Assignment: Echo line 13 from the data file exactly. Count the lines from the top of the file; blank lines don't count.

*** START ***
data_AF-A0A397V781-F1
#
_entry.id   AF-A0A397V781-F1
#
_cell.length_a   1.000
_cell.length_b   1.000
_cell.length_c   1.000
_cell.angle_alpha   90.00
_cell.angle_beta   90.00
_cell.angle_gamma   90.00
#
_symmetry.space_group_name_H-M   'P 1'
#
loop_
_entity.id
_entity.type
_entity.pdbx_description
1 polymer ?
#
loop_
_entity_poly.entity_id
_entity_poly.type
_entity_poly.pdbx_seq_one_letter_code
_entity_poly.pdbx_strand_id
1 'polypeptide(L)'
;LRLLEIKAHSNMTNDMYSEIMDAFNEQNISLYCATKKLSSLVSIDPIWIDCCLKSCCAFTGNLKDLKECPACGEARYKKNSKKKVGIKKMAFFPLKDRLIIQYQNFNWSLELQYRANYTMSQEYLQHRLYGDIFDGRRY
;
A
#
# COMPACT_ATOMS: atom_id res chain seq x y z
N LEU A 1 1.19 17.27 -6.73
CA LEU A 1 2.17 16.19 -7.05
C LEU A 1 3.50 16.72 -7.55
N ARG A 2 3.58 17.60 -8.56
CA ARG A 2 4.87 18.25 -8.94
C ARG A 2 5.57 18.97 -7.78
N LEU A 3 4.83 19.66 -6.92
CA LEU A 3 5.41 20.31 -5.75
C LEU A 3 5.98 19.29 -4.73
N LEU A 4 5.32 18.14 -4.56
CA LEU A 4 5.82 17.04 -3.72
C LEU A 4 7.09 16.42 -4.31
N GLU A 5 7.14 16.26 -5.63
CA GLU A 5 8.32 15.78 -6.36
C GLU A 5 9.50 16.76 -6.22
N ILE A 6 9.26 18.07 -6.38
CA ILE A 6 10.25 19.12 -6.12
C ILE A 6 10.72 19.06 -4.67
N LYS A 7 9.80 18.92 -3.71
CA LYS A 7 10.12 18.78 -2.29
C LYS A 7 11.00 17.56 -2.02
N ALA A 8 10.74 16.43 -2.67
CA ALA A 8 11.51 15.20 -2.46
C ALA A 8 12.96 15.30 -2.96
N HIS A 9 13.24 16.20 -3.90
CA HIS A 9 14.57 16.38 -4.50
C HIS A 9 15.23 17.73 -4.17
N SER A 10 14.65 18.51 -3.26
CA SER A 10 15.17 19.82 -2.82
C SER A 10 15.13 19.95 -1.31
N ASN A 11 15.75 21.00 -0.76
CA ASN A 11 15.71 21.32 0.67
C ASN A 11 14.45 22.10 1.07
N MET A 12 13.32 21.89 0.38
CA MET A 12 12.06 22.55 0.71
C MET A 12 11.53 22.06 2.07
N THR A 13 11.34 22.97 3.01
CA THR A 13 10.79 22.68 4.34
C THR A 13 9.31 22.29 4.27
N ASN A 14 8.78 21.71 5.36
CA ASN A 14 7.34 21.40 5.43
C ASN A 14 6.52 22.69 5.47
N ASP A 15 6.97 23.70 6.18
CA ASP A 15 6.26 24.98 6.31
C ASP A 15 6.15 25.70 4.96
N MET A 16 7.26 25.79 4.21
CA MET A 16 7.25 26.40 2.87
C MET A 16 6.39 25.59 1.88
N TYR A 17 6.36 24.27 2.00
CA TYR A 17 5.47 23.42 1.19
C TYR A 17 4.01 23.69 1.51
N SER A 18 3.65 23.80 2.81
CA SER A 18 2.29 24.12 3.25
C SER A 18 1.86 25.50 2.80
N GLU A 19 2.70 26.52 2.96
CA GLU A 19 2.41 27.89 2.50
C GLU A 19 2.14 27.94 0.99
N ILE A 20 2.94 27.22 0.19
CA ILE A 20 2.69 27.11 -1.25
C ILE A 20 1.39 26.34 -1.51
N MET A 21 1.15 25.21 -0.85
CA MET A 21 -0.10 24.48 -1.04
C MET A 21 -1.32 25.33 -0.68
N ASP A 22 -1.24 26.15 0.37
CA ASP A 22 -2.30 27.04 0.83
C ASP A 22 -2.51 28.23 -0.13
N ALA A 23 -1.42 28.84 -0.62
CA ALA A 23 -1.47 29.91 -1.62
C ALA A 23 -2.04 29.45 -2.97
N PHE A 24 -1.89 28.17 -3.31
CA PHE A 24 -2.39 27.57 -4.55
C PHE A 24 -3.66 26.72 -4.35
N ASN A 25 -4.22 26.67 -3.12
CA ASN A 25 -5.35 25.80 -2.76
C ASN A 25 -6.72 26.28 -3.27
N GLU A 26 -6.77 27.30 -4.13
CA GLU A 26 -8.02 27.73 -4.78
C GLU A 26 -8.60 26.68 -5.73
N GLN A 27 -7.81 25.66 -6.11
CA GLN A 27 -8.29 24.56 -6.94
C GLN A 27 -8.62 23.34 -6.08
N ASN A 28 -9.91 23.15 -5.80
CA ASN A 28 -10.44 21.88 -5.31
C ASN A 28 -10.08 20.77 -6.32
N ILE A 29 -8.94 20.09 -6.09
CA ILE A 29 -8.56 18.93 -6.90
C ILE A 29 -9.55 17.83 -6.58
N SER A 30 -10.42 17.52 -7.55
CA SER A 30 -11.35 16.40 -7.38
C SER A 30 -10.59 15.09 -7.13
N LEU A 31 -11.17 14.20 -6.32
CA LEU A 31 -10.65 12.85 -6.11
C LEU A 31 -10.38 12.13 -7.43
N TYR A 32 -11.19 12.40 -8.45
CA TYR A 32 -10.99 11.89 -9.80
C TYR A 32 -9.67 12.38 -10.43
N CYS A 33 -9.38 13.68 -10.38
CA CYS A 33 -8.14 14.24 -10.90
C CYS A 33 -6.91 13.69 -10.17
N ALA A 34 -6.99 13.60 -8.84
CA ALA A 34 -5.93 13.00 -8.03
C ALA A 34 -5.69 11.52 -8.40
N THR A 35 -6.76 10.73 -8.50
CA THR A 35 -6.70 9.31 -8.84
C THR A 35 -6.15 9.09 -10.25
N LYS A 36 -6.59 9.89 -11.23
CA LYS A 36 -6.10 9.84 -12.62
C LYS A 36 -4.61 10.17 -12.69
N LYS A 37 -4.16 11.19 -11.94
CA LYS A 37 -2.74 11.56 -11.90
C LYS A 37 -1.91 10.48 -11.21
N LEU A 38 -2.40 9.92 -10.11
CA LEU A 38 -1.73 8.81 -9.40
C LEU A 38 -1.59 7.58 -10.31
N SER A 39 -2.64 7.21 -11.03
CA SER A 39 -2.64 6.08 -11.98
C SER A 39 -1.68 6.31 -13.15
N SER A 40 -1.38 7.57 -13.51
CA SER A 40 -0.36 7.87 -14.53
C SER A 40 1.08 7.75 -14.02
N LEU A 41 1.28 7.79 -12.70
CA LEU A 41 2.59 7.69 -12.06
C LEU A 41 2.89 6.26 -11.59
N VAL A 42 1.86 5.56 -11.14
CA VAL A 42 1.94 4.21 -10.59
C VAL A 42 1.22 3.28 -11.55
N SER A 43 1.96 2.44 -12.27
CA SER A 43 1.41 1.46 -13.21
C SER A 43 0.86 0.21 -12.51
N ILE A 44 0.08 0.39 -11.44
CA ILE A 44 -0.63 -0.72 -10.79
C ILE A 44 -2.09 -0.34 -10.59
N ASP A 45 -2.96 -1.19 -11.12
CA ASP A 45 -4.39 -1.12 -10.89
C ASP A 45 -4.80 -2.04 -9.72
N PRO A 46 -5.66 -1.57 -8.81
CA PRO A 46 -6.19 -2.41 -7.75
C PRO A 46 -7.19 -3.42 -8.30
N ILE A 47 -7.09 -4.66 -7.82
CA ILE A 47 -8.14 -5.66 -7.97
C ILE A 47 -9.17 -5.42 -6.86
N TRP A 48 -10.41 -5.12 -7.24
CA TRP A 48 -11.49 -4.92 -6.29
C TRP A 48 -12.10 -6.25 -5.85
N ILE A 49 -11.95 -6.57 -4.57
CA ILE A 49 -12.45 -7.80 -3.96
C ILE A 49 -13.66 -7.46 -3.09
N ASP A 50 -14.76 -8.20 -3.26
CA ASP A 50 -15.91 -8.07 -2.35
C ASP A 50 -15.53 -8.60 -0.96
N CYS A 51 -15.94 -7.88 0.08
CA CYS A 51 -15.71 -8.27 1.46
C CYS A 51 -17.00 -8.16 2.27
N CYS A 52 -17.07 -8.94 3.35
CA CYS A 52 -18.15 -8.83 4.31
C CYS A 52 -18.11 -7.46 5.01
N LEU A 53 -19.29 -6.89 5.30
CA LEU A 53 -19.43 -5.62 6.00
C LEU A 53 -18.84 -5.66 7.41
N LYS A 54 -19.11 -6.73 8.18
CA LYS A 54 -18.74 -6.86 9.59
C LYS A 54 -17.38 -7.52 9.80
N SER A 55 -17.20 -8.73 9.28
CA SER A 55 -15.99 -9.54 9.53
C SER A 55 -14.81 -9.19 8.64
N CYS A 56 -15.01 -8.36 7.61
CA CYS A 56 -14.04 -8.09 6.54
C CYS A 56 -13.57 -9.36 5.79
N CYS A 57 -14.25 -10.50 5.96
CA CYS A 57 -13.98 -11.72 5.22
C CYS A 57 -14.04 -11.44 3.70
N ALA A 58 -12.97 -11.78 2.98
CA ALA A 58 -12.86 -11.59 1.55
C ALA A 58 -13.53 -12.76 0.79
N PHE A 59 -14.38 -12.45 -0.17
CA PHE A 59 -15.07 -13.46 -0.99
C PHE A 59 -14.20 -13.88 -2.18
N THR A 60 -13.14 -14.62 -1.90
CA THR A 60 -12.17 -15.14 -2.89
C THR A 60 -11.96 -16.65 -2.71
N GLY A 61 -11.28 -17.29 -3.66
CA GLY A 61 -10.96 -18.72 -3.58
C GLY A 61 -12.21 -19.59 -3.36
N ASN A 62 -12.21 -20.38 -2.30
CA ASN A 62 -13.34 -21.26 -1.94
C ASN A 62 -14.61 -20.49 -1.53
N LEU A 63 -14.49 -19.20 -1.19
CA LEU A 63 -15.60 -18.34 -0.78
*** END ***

#